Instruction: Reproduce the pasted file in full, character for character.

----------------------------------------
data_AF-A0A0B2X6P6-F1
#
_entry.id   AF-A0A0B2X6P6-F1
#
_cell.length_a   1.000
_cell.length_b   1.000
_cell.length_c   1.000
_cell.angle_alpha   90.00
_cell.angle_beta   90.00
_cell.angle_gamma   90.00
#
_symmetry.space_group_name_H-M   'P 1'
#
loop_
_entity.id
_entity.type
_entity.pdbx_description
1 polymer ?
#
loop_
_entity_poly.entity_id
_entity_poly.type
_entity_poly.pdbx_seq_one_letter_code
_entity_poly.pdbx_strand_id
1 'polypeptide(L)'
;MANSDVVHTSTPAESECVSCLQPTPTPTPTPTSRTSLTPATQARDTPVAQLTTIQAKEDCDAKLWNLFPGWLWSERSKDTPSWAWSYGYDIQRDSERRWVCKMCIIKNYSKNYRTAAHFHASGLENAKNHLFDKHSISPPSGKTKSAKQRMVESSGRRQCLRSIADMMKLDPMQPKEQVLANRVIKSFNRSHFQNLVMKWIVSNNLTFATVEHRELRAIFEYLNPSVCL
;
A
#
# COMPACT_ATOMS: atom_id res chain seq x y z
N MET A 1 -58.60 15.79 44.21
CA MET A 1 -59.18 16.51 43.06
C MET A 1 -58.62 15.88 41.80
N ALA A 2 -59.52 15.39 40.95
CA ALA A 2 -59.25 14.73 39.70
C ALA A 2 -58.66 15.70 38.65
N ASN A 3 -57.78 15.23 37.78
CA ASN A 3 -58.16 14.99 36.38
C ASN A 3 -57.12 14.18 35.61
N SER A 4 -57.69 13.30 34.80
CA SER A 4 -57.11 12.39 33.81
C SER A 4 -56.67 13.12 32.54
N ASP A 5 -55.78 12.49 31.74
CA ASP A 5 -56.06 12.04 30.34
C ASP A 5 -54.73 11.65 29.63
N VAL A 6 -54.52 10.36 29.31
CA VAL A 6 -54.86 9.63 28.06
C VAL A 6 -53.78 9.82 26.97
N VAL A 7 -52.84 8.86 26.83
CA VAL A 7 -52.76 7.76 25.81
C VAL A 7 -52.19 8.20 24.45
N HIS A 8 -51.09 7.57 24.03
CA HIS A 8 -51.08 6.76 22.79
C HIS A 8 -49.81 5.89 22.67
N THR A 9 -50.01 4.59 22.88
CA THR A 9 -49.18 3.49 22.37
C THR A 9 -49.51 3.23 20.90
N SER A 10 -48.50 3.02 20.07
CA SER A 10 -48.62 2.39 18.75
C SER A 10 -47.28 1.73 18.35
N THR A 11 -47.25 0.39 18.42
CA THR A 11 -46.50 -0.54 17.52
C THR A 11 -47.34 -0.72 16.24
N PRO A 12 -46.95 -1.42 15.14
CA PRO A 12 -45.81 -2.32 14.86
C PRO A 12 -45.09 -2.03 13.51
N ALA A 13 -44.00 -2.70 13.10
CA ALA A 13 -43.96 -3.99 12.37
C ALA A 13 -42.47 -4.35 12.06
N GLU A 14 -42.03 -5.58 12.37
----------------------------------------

data_AF-A0A0B2X6P6-F1
#
_entry.id   AF-A0A0B2X6P6-F1
#
_cell.length_a   1.000
_cell.length_b   1.000
_cell.length_c   1.000
_cell.angle_alpha   90.00
_cell.angle_beta   90.00
_cell.angle_gamma   90.00
#
_symmetry.space_group_name_H-M   'P 1'
#
loop_
_entity.id
_entity.type
_entity.pdbx_description
1 polymer ?
#
loop_
_entity_poly.entity_id
_entity_poly.type
_entity_poly.pdbx_seq_one_letter_code
_entity_poly.pdbx_strand_id
1 'polypeptide(L)'
;MANSDVVHTSTPAESECVSCLQPTPTPTPTPTSRTSLTPATQARDTPVAQLTTIQAKEDCDAKLWNLFPGWLWSERSKDTPSWAWSYGYDIQRDSERRWVCKMCIIKNYSKNYRTAAHFHASGLENAKNHLFDKHSISPPSGKTKSAKQRMVESSGRRQCLRSIADMMKLDPMQPKEQVLANRVIKSFNRSHFQNLVMKWIVSNNLTFATVEHRELRAIFEYLNPSVCL
;
A
#
# COMPACT_ATOMS: atom_id res chain seq x y z
N MET A 1 -58.60 15.79 44.21
CA MET A 1 -59.18 16.51 43.06
C MET A 1 -58.62 15.88 41.80
N ALA A 2 -59.52 15.39 40.95
CA ALA A 2 -59.25 14.73 39.70
C ALA A 2 -58.66 15.70 38.65
N ASN A 3 -57.78 15.23 37.78
CA ASN A 3 -58.16 14.99 36.38
C ASN A 3 -57.12 14.18 35.61
N SER A 4 -57.69 13.30 34.80
CA SER A 4 -57.11 12.39 33.81
C SER A 4 -56.67 13.12 32.54
N ASP A 5 -55.78 12.49 31.74
CA ASP A 5 -56.06 12.04 30.34
C ASP A 5 -54.73 11.65 29.63
N VAL A 6 -54.52 10.36 29.31
CA VAL A 6 -54.86 9.63 28.06
C VAL A 6 -53.78 9.82 26.97
N VAL A 7 -52.84 8.86 26.83
CA VAL A 7 -52.76 7.76 25.81
C VAL A 7 -52.19 8.20 24.45
N HIS A 8 -51.09 7.57 24.03
CA HIS A 8 -51.08 6.76 22.79
C HIS A 8 -49.81 5.89 22.67
N THR A 9 -50.01 4.59 22.88
CA THR A 9 -49.18 3.49 22.37
C THR A 9 -49.51 3.23 20.90
N SER A 10 -48.50 3.02 20.07
CA SER A 10 -48.62 2.39 18.75
C SER A 10 -47.28 1.73 18.35
N THR A 11 -47.25 0.39 18.42
CA THR A 11 -46.50 -0.54 17.52
C THR A 11 -47.34 -0.72 16.24
N PRO A 12 -46.95 -1.42 15.14
CA PRO A 12 -45.81 -2.32 14.86
C PRO A 12 -45.09 -2.03 13.51
N ALA A 13 -44.00 -2.70 13.10
CA ALA A 13 -43.96 -3.99 12.37
C ALA A 13 -42.47 -4.35 12.06
N GLU A 14 -42.03 -5.58 12.37